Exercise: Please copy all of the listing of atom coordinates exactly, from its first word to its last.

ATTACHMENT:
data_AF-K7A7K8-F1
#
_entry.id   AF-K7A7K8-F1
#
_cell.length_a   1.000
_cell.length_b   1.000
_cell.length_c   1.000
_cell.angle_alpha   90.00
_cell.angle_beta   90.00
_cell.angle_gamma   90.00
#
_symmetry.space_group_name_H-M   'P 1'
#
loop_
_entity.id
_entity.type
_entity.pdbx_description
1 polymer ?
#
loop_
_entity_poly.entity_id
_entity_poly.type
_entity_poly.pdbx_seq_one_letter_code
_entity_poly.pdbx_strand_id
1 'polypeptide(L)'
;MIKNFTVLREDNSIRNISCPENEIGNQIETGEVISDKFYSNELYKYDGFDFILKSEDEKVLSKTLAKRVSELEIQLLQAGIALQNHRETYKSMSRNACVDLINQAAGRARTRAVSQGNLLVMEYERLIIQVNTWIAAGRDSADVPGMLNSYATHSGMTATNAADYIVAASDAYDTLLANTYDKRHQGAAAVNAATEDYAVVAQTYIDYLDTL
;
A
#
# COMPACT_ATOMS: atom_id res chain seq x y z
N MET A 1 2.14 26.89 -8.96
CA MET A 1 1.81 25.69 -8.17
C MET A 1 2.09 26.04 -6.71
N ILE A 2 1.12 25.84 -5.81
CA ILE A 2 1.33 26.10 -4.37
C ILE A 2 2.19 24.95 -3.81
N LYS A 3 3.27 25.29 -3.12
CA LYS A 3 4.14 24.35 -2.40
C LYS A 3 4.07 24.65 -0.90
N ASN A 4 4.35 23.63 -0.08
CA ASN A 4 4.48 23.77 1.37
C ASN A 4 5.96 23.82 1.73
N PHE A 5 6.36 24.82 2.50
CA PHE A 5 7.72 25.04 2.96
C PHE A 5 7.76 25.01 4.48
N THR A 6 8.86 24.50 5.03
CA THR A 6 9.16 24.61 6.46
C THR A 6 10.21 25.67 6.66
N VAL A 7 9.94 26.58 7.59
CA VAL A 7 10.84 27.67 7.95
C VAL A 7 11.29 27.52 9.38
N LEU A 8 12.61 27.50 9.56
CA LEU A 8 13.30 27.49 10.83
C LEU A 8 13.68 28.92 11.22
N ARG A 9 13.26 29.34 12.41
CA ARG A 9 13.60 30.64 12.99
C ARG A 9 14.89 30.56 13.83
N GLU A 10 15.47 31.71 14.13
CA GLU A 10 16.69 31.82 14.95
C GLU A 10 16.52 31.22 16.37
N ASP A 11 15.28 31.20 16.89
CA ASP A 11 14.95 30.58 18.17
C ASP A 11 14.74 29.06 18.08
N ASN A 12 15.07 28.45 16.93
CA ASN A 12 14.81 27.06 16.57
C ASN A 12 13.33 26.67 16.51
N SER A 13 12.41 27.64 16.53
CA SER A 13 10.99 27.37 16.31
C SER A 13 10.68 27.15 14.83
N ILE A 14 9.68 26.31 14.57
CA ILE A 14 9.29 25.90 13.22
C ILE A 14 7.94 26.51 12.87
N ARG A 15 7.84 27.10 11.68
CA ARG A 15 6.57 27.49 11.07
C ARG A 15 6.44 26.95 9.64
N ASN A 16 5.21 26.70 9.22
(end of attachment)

data_AF-K7A7K8-F1
#
_entry.id   AF-K7A7K8-F1
#
_cell.length_a   1.000
_cell.length_b   1.000
_cell.length_c   1.000
_cell.angle_alpha   90.00
_cell.angle_beta   90.00
_cell.angle_gamma   90.00
#
_symmetry.space_group_name_H-M   'P 1'
#
loop_
_entity.id
_entity.type
_entity.pdbx_description
1 polymer ?
#
loop_
_entity_poly.entity_id
_entity_poly.type
_entity_poly.pdbx_seq_one_letter_code
_entity_poly.pdbx_strand_id
1 'polypeptide(L)'
;MIKNFTVLREDNSIRNISCPENEIGNQIETGEVISDKFYSNELYKYDGFDFILKSEDEKVLSKTLAKRVSELEIQLLQAGIALQNHRETYKSMSRNACVDLINQAAGRARTRAVSQGNLLVMEYERLIIQVNTWIAAGRDSADVPGMLNSYATHSGMTATNAADYIVAASDAYDTLLANTYDKRHQGAAAVNAATEDYAVVAQTYIDYLDTL
;
A
#
# COMPACT_ATOMS: atom_id res chain seq x y z
N MET A 1 2.14 26.89 -8.96
CA MET A 1 1.81 25.69 -8.17
C MET A 1 2.09 26.04 -6.71
N ILE A 2 1.12 25.84 -5.81
CA ILE A 2 1.33 26.10 -4.37
C ILE A 2 2.19 24.95 -3.81
N LYS A 3 3.27 25.29 -3.12
CA LYS A 3 4.14 24.35 -2.40
C LYS A 3 4.07 24.65 -0.90
N ASN A 4 4.35 23.63 -0.08
CA ASN A 4 4.48 23.77 1.37
C ASN A 4 5.96 23.82 1.73
N PHE A 5 6.36 24.82 2.50
CA PHE A 5 7.72 25.04 2.96
C PHE A 5 7.76 25.01 4.48
N THR A 6 8.86 24.50 5.03
CA THR A 6 9.16 24.61 6.46
C THR A 6 10.21 25.67 6.66
N VAL A 7 9.94 26.58 7.59
CA VAL A 7 10.84 27.67 7.95
C VAL A 7 11.29 27.52 9.38
N LEU A 8 12.61 27.50 9.56
CA LEU A 8 13.30 27.49 10.83
C LEU A 8 13.68 28.92 11.22
N ARG A 9 13.26 29.34 12.41
CA ARG A 9 13.60 30.64 12.99
C ARG A 9 14.89 30.56 13.83
N GLU A 10 15.47 31.71 14.13
CA GLU A 10 16.69 31.82 14.95
C GLU A 10 16.52 31.22 16.37
N ASP A 11 15.28 31.20 16.89
CA ASP A 11 14.95 30.58 18.17
C ASP A 11 14.74 29.06 18.08
N ASN A 12 15.07 28.45 16.93
CA ASN A 12 14.81 27.06 16.57
C ASN A 12 13.33 26.67 16.51
N SER A 13 12.41 27.64 16.53
CA SER A 13 10.99 27.37 16.31
C SER A 13 10.68 27.15 14.83
N ILE A 14 9.68 26.31 14.57
CA ILE A 14 9.29 25.90 13.22
C ILE A 14 7.94 26.51 12.87
N ARG A 15 7.84 27.10 11.68
CA ARG A 15 6.57 27.49 11.07
C ARG A 15 6.44 26.95 9.64
N ASN A 16 5.21 26.70 9.22